Monday, September 14, 2009

¿¡New Contributing Editor?!

Hello Everybody!

You may know me from my characteristically long philosophical musings taking up much of the comments section on this blog.

Well, good news! I've been promoted from commenter to blogger. Hmm... nix that, let's call it, "Contributing Editor." That sounds more like something you could put on a resume.

So I'm the new Contributing Editor for this music blog.

The good news for you, our loyal readers, is that in theory, this should increase the frequency of postings.

Without futher adeiu, here is my first post...

Bïa Krieger - Momento de Graça
(Click on the above link, then click on Momento de Graça to play.)

There are some songs that make me stop what I am doing and give the full attention of my senses to listening and experiencing the moment constructed by the artist. This is one of those songs.

The word soulful seems like a vague musical cliche that is tossed around a lot to describe prominently featured singers in an acoustic group.

Overuse aside, I can think of no better term to describe this recording done by Bïa Krieger.

Whatever she's feeling, whatever she's saying, you feel it. Longing... waiting... there's subtle tension in every note.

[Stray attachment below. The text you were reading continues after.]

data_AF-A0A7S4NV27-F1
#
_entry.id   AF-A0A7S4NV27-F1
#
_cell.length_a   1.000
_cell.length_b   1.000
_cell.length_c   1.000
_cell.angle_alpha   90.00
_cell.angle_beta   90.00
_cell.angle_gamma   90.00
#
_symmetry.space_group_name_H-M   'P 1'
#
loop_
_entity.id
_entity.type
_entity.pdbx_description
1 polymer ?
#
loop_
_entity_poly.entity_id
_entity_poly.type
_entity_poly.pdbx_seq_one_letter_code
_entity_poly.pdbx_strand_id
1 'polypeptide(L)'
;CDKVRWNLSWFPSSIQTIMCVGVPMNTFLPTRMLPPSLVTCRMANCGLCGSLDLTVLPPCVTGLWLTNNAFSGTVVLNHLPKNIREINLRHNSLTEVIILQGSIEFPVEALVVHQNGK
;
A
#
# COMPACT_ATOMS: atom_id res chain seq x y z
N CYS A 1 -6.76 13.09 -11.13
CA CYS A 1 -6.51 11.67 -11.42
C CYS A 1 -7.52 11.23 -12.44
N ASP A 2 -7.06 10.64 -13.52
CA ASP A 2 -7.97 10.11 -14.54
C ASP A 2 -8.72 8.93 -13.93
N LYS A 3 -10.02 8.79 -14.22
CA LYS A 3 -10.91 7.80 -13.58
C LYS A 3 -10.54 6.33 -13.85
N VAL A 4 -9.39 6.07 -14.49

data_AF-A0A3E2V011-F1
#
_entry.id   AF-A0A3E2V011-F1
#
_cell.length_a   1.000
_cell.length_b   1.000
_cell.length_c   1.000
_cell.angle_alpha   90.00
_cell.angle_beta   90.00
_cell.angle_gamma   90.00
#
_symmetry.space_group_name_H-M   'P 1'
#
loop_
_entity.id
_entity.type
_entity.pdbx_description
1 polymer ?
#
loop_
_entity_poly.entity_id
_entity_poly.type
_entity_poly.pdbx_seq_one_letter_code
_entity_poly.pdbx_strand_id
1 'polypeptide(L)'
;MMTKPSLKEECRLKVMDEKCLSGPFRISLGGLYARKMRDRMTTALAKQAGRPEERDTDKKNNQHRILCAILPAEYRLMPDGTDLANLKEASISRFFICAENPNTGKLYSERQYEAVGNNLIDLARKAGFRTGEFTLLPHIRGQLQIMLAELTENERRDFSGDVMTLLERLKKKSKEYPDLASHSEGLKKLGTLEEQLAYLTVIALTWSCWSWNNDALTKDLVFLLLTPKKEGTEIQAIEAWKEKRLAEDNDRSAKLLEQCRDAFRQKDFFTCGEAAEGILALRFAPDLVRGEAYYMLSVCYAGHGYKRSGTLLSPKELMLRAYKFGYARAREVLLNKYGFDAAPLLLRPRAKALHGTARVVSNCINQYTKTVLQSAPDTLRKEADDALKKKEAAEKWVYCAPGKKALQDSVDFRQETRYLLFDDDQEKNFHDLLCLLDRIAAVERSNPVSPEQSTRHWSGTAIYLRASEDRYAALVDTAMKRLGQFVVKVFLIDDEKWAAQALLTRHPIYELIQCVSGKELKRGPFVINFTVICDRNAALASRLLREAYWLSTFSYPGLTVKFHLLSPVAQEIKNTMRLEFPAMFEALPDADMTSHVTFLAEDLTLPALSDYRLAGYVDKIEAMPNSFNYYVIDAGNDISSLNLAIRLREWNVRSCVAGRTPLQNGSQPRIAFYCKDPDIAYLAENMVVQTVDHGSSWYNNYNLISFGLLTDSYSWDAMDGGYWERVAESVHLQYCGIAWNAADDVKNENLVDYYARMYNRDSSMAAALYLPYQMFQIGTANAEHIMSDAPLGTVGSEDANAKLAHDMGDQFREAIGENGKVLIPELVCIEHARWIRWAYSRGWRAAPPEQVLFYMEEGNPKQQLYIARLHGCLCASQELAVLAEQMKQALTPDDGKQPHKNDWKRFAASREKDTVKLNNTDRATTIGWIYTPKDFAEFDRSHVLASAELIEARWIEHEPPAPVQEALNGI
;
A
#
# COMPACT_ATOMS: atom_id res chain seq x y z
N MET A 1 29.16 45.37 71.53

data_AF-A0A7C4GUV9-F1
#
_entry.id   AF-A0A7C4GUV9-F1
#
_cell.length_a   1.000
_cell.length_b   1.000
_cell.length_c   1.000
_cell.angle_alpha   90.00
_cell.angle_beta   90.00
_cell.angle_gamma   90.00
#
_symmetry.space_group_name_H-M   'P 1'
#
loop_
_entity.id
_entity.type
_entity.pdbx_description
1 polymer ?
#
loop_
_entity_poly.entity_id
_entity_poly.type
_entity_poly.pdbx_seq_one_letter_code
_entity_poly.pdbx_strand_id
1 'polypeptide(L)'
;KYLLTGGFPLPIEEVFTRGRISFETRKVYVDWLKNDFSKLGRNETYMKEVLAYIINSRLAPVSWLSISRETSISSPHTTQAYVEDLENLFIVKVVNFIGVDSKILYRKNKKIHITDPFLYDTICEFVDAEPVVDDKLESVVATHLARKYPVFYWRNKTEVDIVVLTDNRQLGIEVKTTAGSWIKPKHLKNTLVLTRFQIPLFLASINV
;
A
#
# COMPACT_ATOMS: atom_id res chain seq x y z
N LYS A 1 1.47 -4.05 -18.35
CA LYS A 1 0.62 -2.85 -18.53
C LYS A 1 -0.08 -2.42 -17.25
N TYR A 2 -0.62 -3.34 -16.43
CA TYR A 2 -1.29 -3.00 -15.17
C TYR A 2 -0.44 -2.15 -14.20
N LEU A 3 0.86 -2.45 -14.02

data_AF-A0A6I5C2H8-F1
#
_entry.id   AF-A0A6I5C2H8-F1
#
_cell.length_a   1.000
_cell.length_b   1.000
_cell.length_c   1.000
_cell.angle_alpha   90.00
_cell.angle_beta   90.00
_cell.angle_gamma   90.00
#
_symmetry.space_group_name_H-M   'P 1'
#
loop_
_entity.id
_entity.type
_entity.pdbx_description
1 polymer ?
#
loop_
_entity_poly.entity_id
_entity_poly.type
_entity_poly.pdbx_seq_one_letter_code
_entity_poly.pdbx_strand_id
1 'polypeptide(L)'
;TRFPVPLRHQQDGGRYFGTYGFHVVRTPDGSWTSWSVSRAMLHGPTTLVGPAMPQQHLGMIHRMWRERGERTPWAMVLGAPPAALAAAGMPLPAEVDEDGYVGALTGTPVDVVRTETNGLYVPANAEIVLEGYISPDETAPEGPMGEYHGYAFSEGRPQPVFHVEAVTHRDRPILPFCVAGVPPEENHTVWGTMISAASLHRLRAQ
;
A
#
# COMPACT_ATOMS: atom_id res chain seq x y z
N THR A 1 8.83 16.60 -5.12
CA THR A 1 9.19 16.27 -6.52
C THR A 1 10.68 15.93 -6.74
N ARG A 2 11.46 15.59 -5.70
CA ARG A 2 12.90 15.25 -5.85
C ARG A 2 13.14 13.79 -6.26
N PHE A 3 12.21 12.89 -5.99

This song takes it's time. The sounds are deliberate and rich. It slowly fills you up with sense of mellow tension the way smoke would slowly fill a room with no ventilation.

Here are the lyrics:
Ando esperando
Esperando tanto
Por um momento de graça
Coisa que passa?
(Ou que fica
Mas só
Porque não sabe onde ir)

Andei procurando um mar de areia
Pro meu corpo pousar
Quando dei por mim, madrugada já
Quando dei por mim, madrugada já
Other reasons why I am instantly in love with Bïa and her music:

The instruments used in her arrangements as I also play and love to listen to. In particular acoustic finger-style guitar, acoustic bass, and saxophone.

The more I read about her the more I fall absolutely in love with her life. Take this excerpt from her bio on her website:
"Bia spends a few years sailing around the Atlantic and Mediterranean, learning more about nature, literature, languages, music and politics than she would in any school. In 1995, she decides she won’t be anything else but a musician, and starts going professional. She is living in France and so she sings in French as well as in her mother tongue, Portuguese, or Spanish that she had learned as a child."
Finally, something about that picture with the guitar is just... well you get the idea.



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